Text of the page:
Wageningen Students’ Lives During World War II

Lezing

Wageningen Students’ Lives During World War II

You’re studying in Wageningen when the German Army invades. Under occupation, how do you continue? Hear first degree eyewitness accounts of impossible choices. What would you do in their shoes?

Organisator Studium Generale
Datum

di 14 mei 2019 19:30 tot 22:00

Locatie Hotel de Wereld
Zaal/kamer Capitulatie Zaal
Prijsomschrijving Free Entrance

You are a student busy studying in Wageningen when the country is invaded by the German Army. Before long, WWII is determining your future in ways you had never imagined. Under occupation, how do you continue? Studium Generale invites you to hear first degree eyewitness accounts of what it was like to be a student in Wageningen during World War II, as we trace the lives of various individuals who were studying at the time. Hear how university students everywhere were forced to sign a declaration of loyalty to the German occupiers. What dilemmas surrounded the decision to (not) sign this declaration and what were the consequences thereafter? Bob Kernkamp (Wageningen City Archive) has sifted through the archives of CERES, Unitas and KSV. He reconstructs the context of student life and shares how the war impacted Wageningen and its inhabitants. Philippe Puylaert (WUR) shares excerpts from the letters his grandfather, Wageningen student Etienne Puylaert, sent to his family whilst forced to work in Germany. With unique photos, Ben Puylaert traces his father’s life in forced labour camps. Hear diary entries from Wageningen student Fons Crijns, who kept a journal of everything that students were experiencing whilst he laboured in various camps. Don't miss the opportunity to tour this gripping history in a monumental setting. With the 100 years Wageningen celebrations and the liberation festival fresh in our memory, Studium Generale presents the story behind the parties of recent past through the eyes of people in the prime of their lives caught up in the mess of war.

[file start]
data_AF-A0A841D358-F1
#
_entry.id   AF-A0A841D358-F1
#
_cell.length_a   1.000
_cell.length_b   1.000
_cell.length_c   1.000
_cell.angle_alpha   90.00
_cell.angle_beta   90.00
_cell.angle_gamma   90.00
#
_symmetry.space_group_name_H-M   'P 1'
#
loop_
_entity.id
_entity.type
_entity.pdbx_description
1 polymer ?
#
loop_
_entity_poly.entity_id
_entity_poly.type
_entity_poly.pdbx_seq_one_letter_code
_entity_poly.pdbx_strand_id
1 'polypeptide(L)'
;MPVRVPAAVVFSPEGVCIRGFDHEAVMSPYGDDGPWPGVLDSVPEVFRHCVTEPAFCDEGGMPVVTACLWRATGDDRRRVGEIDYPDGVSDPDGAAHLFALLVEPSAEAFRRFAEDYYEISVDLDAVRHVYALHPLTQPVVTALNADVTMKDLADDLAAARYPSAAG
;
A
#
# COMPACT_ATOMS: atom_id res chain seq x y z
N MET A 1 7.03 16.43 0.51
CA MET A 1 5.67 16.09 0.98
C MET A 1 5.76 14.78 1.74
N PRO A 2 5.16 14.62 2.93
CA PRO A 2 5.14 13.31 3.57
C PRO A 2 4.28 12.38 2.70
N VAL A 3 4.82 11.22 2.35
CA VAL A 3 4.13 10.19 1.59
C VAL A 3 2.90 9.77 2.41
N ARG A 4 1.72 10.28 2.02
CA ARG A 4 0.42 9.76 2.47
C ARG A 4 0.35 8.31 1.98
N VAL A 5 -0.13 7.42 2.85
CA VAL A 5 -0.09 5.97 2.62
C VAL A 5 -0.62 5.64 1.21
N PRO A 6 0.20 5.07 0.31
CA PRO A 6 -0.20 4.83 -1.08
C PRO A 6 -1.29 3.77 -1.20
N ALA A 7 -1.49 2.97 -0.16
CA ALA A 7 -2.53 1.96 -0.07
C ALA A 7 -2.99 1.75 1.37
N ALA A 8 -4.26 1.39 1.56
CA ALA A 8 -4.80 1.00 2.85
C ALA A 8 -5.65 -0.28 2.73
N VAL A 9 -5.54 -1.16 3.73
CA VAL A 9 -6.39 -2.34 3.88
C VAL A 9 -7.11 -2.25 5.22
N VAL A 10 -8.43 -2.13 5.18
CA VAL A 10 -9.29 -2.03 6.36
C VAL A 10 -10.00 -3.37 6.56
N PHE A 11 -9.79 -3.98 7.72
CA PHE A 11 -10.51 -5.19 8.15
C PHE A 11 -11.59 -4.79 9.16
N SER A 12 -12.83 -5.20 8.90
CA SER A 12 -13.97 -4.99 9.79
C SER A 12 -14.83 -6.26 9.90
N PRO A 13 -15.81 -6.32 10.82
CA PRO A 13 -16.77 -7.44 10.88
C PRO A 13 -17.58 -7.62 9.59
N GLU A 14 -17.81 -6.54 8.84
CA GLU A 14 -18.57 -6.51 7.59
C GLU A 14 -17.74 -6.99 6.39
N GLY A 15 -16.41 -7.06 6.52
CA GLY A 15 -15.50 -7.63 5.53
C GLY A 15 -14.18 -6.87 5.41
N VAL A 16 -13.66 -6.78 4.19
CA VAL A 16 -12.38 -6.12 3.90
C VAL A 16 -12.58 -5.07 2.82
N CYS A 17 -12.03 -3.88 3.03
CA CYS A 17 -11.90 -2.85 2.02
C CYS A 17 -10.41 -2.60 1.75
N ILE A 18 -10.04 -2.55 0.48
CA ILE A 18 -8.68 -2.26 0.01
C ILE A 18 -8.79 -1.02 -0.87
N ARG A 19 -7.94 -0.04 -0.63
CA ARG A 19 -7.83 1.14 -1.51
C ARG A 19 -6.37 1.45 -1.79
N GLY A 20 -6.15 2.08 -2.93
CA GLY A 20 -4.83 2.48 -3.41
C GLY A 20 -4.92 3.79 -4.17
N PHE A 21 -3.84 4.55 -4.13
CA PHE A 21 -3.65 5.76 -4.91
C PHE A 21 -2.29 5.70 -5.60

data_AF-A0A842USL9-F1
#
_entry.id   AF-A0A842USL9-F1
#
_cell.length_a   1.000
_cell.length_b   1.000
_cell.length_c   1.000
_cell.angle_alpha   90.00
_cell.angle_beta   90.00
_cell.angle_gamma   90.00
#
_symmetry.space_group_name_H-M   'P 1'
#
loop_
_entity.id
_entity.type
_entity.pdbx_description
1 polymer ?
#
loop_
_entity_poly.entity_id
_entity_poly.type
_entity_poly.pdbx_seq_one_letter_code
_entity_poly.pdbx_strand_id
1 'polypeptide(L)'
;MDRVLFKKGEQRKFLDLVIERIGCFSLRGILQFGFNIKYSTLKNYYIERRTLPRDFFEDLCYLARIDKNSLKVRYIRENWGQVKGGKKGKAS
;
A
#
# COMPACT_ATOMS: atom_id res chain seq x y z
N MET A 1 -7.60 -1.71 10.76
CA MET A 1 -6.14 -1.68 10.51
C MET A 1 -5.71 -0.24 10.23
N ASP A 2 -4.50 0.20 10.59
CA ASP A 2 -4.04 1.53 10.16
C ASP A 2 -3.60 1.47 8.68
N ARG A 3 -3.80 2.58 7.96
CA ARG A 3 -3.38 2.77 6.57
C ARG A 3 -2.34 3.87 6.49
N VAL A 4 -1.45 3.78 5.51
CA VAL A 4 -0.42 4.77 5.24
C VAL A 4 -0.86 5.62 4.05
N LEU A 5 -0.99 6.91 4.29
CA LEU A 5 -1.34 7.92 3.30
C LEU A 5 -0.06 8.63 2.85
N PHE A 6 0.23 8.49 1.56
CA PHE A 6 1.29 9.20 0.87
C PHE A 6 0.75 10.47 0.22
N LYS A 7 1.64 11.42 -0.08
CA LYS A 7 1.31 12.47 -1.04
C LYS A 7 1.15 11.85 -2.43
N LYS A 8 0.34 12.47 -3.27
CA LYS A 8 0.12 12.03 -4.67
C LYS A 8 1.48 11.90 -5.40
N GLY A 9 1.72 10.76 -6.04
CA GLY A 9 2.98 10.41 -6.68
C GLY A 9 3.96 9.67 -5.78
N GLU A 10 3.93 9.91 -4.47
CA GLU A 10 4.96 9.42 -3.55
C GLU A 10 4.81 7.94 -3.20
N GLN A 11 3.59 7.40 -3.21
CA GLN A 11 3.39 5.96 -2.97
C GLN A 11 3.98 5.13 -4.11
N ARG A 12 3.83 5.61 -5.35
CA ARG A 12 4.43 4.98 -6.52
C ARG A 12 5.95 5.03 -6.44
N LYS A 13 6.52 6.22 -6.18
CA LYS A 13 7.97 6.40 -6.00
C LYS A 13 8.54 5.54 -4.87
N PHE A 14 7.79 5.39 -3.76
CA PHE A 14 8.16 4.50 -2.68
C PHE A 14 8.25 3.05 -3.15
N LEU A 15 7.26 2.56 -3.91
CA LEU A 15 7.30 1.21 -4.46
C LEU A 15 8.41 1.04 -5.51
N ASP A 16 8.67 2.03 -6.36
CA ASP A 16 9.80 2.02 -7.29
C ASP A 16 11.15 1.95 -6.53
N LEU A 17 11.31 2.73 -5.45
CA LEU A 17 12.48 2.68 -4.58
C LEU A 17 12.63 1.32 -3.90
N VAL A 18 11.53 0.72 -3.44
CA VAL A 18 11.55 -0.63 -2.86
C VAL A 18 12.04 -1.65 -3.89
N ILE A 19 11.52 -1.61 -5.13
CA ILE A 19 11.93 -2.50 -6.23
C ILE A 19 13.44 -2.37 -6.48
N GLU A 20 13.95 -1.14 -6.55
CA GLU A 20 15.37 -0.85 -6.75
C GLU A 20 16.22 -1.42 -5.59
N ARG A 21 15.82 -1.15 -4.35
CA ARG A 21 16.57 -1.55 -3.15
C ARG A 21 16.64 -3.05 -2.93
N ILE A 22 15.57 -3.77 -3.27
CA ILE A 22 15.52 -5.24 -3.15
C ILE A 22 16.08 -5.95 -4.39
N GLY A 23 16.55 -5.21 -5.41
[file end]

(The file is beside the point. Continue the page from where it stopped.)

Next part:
About Bob Kernkamp

Bob Kernkamp is the city archivist of Wageningen. He is co-editor and one of the authors of ‘Geschiedenis van Wageningen’ (History of Wageningen) which was published in honour of the commemoration of 750 years of Wageningen’s official ‘city rights’ in 2013. He also co-wrote a book on the history of the buildings of the WUR from 1876: ‘Van clusters tot campus’, published in 2018.
The city archives not only hold the records of Wageningen municipality, but also the archives of many kinds of organisations, businesses, churches and private persons. Among them the archives of students associations Ceres and Unitas; Bob made the inventory of the oldest part of the Ceres archives: 1878-1942.
He is also one of the two masters of ceremony during the annual Remembrance Day in Wageningen on the 4th of May.

About Ben Puylaert

Ben Puylaert began to discover what his father Etienne Puylaert ( WU student) had experienced during World War II, five years after his father’s death when letters and pictures were discovered tucked away in an attic shoe box. Those letters set him on a journey to discover more about his father. Besides the discovery that a close war-time friend and a couple of his fathers’ fellow students were still alive, Ben began to put the puzzle pieces together towards a better understanding of what these young people had been through - but never talked about.... He shares these discoveries with us and will read from the diary of a fellow student who accompanied his father during their time together in forced labour camps deep inside Germany and their heroic journey back home.

About Philippe Puylaert

Philippe Puylaert’s grandfather Etienne Puylaert studied in Wageningen during WWII.
Philippe now teaches at the WUR, and works with students the same age as his grandfather when the World War II radically changed his life. Having to endure forced labour from deep inside enemy territory, Etienne wrote letters to his family back home. Philippe, joins his father in Hotel de Wereld and will read from the personal letters and share his grandfather’s voice as a witness on the inside of the war giving an impression of how he and a group of friends survived.